Jump to content

Genady

Senior Members
  • Posts

    4976
  • Joined

  • Days Won

    50

Genady last won the day on December 20 2023

Genady had the most liked content!

Recent Profile Visitors

8397 profile views

Genady's Achievements

Genius

Genius (11/13)

636

Reputation

  1. Thank you. All's well. Yes, I like the book otherwise, but it would be so much easier to follow if the indices were where they should be.
  2. Please, I really, really know this. I know this index gymnastics, lowering and raising indices, tensors vs. basis representations, etc. I appreciate your time, but there is no need to teach basics here. Let's focus. Back to my question. Let's take \(\nu=1\). If \(\partial_{\nu} \mathcal L = \partial_{\mu} (g_{\mu \nu} \mathcal L)\), then \(\partial_1 \mathcal L = \partial_{\mu} (g_{\mu 1} \mathcal L) = -\partial_1 \mathcal L \). Where is my mistake?
  3. They are different: \[\delta=\begin{pmatrix} 1 & 0 & 0 & 0 \\ 0 & 1 & 0 & 0 \\ 0 & 0 & 1 & 0 \\ 0 & 0 & 0 & 1 \end{pmatrix}\] \[g=\begin{pmatrix} 1 & 0 & 0 & 0 \\ 0 & -1 & 0 & 0 \\ 0 & 0 & -1 & 0 \\ 0 & 0 & 0 & -1 \end{pmatrix}\]
  4. I understand this but I don't think it answers my question. This is what I mean: I can rewrite (3.34) so: \[ \partial_{\mu} (\sum_n \frac {\partial \mathcal L} {\partial (\partial_{\mu} \phi_n)} \partial_{\nu} \phi_n) = \partial_{\mu} (g_{\mu \nu} \mathcal L)\] Then, from this and (3.33), we get \[\partial_{\nu} \mathcal L = \partial_{\mu} (g_{\mu \nu} \mathcal L)\] I think, it is incorrect. It rather should be \[\partial_{\nu} \mathcal L = \partial_{\mu} (\delta^{\mu}_{\nu} \mathcal L)\] P.S. Ignore positions of indices; Schwartz does not follow upper/lower standard. The difference is between \(g\) and \(\delta\).
  5. My question is about the following step in a derivation of energy-momentum tensor: When the ∂νL in (3.33) moves under the ∂μ in (3.34) and gets contracted, I'd expect it to become \(\delta^{\mu}_{\nu} \mathcal L\). Why is it rather gμνL ? Typo? (In this text, gμν=ημν )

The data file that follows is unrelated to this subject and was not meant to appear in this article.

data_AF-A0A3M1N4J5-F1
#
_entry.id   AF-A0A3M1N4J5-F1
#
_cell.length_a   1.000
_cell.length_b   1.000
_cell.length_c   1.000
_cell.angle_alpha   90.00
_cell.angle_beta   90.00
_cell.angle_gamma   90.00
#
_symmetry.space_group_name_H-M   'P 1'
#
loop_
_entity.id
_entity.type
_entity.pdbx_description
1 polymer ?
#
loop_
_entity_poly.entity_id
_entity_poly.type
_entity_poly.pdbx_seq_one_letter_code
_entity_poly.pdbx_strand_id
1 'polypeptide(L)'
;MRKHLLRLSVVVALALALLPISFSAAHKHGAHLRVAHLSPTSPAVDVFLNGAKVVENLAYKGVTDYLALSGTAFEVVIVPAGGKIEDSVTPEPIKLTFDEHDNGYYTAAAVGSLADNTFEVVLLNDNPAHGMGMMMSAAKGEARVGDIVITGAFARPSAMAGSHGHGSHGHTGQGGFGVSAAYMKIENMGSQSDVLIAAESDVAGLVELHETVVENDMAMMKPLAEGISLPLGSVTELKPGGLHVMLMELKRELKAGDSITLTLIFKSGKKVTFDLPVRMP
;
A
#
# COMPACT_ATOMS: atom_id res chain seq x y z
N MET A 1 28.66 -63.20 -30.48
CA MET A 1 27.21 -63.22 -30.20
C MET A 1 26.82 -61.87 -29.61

6. It is not technically homework, but it could've been if I were technically student. Just a new textbook to work on. I don't anymore read books that don't have equations. 🙃
  7. Just to answer the OP question, It would not. Without the step function it would be \[\int dk^0 \delta (k^2-m^2) =\frac 1 {\omega_k} \] rather than \(\frac 1 {2 \omega_k}\).
  8. A light that is produced by hot infalling matter between the photon sphere and the event horizon can still escape radially, right?
  9. Thank you. I got it. My mistake was that when I replaced \(k^0\) with \(\omega_k\) I've missed that it can be + or - \(\omega_k\). The step function is needed to kill one of them.
  10. The question: Show that \[\int_{-\infty}^{\infty} dk^0 \delta (k^2-m^2) \theta (k^0)=\frac 1 {2 \omega_k}\] where \(\theta(x)\) is the unit step function and \(\omega_k \equiv \sqrt {\vec k^2 +m^2}\). My solution: \(k^2={k^0}^2 - \vec k ^2\) \(\omega _k ^2 = \vec k^2 +m^2\) \(k^2 - m^2 = {k^0}^2 - \omega_k^2\) \(dk^0= \frac {d{k^0}^2} {2k^0}\) \(\int_{-\infty}^{\infty} dk^0 \delta (k^2-m^2) \theta (k^0) = \int_{-\infty}^{\infty} \frac {d{k^0}^2} {2k^0} \delta ({k^0}^2 - \omega_k^2) \theta (k^0) = \frac 1 {2 \omega_k} \theta (\omega_k) = \frac 1 {2 \omega_k}\) However, the point of the unit step function there is unclear to me. Wouldn't the result be the same without it?
  11. I agree, the vagueness of such statements is an issue. Next time somebody says, "Hawking radiation is generated just outside the event horizon", I will ask first, how far is "just".
  12. Yes, for an audience that thinks that Event Horizon is an actual physical structure, there is no difference between an approximation and a myth.
  13. I've arrived to an expected answer, but I am not sure at all that the process was what the problem statement wants. First, I considered \(0=(t+\delta t)^2-(x+vt)^2-(t^2-x^2) \approx 2t \delta t - 2xvt - v^2t^2\). Ignoring \(O(v^2)\) gives \(\delta t=vx\), i.e., \(t \rightarrow t+vx\). Keeping \(O(v^2)\) gives \(t \rightarrow t+vx+\frac 1 2 v^2t\), which is the correct expansion of the full transformation to the second order. Now, taking \(x \rightarrow x+ \delta x, t \rightarrow t+vx\) gives by the similar calculation \(x \rightarrow x+vt+\frac 1 2 v^2x\). Is it what the exercise means?
  14. No, I don't call approximations, myths. They are different things. Is it an approximation to say that all life forms were created at once from scratch?
  15. Checking with the physicists here: On the p.17 it says, Shouldn't it say force rather than potential? Isn't any potential rather quadratic close to equilibrium?
×
×
  • Create New...

Important Information

We have placed cookies on your device to help make this website better. You can adjust your cookie settings, otherwise we'll assume you're okay to continue.